NEW YORK (AP) — Republican U.S. Rep. Michael Grimm, a former Marine and FBI agent who's been the target of a campaign finance investigation, was instead charged on Monday with evading taxes by concealing more than $1 million in sales and wages while running a small Manhattan restaurant — a case he called a political witch hunt meant to drive him out of office.

Grimm surrendered to FBI agents early Monday following a two-year investigation that initially focused on alleged attempts to bypass contribution limits. He pleaded not guilty through his lawyer in federal court in Brooklyn to mail, wire and tax fraud charges and was released on $400,000 bond secured by his Staten Island home.

The lawmaker, using a World War II memorial across the street from the courthouse as a backdrop, later accused prosecutors of leaking "all kinds of innuendos and accusations to support a political witch hunt" intended to "assassinate my character." He vowed to return to work in Congress while fighting the charges.

"I know I'm a moral man, a man of integrity," he added. "And I also know I have a lot more service and leadership to provide this country, and that's exactly what I intend to do."

Grimm, though, stepped down from the House Financial Services Committee. He told Republican House Speaker John Boehner he should be removed from the panel but said he plans to return once his legal issues are resolved. House Democratic leader Nancy Pelosi had sent a letter to Boehner saying Grimm should be removed, and a Boehner spokesman said the speaker believes the decision to step down was appropriate.


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U.S. Attorney Loretta Lynch said investigators uncovered the restaurant fraud as they conducted the campaign finance probe. She denied the prosecution was politically motivated and suggested more charges were possible.

"We follow the evidence and see where it goes. ... The investigation is broader and ongoing," she said.

Grimm "was anything but an upstanding citizen," said George Venizelos, head of the FBI's New York office. "He cheated, evaded and then lied."

The 20-count indictment alleges the tax fraud began in 2007 after Grimm retired from the FBI and began investing in an Upper East Side eatery called Healthalicious. It accused him of trying to evade payroll, income and sales taxes by paying his workers, some in the country illegally, in cash.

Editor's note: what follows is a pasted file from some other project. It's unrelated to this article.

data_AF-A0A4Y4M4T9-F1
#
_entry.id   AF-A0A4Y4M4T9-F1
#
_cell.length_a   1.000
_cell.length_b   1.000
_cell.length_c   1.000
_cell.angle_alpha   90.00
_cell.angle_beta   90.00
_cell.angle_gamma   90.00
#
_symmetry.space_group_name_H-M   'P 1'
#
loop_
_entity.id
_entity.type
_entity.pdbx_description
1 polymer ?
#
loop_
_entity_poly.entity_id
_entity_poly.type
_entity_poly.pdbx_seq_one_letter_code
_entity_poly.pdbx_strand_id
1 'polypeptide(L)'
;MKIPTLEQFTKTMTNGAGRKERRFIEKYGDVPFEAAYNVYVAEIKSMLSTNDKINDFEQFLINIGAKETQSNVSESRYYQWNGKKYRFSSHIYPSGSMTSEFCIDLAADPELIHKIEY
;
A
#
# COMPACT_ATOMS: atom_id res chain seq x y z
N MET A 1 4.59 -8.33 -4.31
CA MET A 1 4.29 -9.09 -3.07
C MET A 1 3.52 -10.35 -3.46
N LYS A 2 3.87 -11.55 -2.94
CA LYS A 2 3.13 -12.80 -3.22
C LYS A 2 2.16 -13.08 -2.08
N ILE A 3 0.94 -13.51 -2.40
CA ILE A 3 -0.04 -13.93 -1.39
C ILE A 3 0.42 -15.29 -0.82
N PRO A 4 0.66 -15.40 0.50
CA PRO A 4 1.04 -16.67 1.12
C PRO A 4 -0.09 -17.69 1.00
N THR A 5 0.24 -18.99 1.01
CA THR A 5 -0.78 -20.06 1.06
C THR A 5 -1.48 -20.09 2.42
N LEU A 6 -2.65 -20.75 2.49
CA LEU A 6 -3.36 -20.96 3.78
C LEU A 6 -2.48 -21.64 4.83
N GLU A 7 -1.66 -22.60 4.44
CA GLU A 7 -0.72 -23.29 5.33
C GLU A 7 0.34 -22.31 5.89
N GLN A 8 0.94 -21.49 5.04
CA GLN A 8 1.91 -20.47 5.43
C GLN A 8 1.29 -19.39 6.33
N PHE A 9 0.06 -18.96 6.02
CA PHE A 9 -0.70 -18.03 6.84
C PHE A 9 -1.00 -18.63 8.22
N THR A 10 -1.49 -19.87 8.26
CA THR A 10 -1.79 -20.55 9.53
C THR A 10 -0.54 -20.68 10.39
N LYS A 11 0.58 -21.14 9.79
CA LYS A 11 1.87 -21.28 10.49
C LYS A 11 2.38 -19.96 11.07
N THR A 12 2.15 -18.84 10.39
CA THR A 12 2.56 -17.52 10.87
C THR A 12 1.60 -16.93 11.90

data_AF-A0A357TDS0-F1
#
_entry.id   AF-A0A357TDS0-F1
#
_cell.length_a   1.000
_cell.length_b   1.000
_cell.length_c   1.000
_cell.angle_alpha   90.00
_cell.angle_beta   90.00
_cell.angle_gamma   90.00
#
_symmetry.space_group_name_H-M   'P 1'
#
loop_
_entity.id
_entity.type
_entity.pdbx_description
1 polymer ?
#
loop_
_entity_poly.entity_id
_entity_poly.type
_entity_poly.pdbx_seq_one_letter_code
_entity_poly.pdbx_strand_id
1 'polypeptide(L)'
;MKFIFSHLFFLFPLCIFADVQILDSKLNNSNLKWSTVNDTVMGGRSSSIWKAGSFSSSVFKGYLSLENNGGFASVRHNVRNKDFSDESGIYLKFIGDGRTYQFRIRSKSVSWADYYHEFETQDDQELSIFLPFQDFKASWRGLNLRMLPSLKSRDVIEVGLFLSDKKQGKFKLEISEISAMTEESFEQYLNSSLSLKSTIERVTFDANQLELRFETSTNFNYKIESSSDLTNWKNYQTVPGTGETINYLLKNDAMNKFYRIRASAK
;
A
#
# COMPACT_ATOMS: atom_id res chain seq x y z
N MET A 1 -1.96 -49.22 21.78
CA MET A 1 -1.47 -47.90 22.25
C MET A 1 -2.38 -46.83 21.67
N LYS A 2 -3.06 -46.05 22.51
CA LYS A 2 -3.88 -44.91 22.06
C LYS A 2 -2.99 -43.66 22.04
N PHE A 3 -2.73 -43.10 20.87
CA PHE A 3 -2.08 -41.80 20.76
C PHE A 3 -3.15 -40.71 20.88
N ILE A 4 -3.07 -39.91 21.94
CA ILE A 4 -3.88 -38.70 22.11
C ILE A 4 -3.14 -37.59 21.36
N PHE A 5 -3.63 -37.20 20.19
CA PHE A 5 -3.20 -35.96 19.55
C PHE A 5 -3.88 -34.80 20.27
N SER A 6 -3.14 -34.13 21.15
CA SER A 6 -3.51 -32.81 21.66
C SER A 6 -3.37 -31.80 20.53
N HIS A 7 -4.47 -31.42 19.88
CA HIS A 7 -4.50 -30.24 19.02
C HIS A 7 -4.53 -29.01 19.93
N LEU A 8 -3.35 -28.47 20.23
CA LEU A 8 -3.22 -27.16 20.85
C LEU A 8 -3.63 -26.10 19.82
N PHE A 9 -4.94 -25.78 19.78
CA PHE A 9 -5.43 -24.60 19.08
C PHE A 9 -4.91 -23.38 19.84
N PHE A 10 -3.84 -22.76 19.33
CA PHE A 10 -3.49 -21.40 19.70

Grimm "physically handed out cash payments to his employees on numerous occasions," the indictment says, with money taken from the restaurant's daily receipts.

Authorities say Grimm left the business in 2010, the year he won his first term in Congress. A House Ethics Committee announced in November that he was under investigation for possible campaign finance violations.

During the 2010 race, Grimm acknowledged receiving $250,000 to $300,000 in contributions from followers of an Israeli rabbi, Yoshiyahu Yosef Pinto. Some members of Pinto's congregation subsequently said they made tens of thousands of dollars in illegal contributions, including gifts passed through straw donors.

The Israeli businessman who had served as Grimm's liaison to Pinto's followers, Ofer Biton, pleaded guilty in August to an immigration fraud charge. Three days after that, the FBI filed a sealed criminal complaint accusing a Houston woman, Diana Durand, who had been romantically involved with Grimm, of using straw donors to make illegal campaign contributions.

Grimm, 44, made headlines in January after confronting a New York City cable news station reporter who tried to question him about the campaign finance inquiry.

After reporter Michael Scotto finished his report from a balcony in the Capitol, Grimm stormed back, leaned into him and said: "Let me be clear to you. If you ever do that to me again, I'll throw you off this (expletive) balcony."

Grimm's legal troubles, while embarrassing to his fellow Republicans, were unlikely to determine the balance of power in the GOP-dominated House. Republicans have the majority in the House by a margin of 233 to 199 seats, with three vacancies.

 

Democrats, meanwhile, have been eyeing Grimm's seat. The Democrats' favored candidate, former New York City Councilman Domenic Recchia, has been hammering Grimm over his ethics and has impressed Washington Democrats.

News of the charges drew a mixed reaction from constituents on Staten Island.

"This is supposed to be someone who respects the law, and that's certainly in question at this point," said Marc Patrick, a retired teacher.

Eddie Garcia, who's also retired, said he had voted for Grimm and credited the congressman with helping Staten Island recover from Superstorm Sandy.

Grimm is being prosecuted "because he is a rising star in the Republican Party," he said. "They think they got him. I hope justice will prevail."

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Associated Press writers Deepti Hajela in New York and Philip Elliott in Washington contributed to this report.

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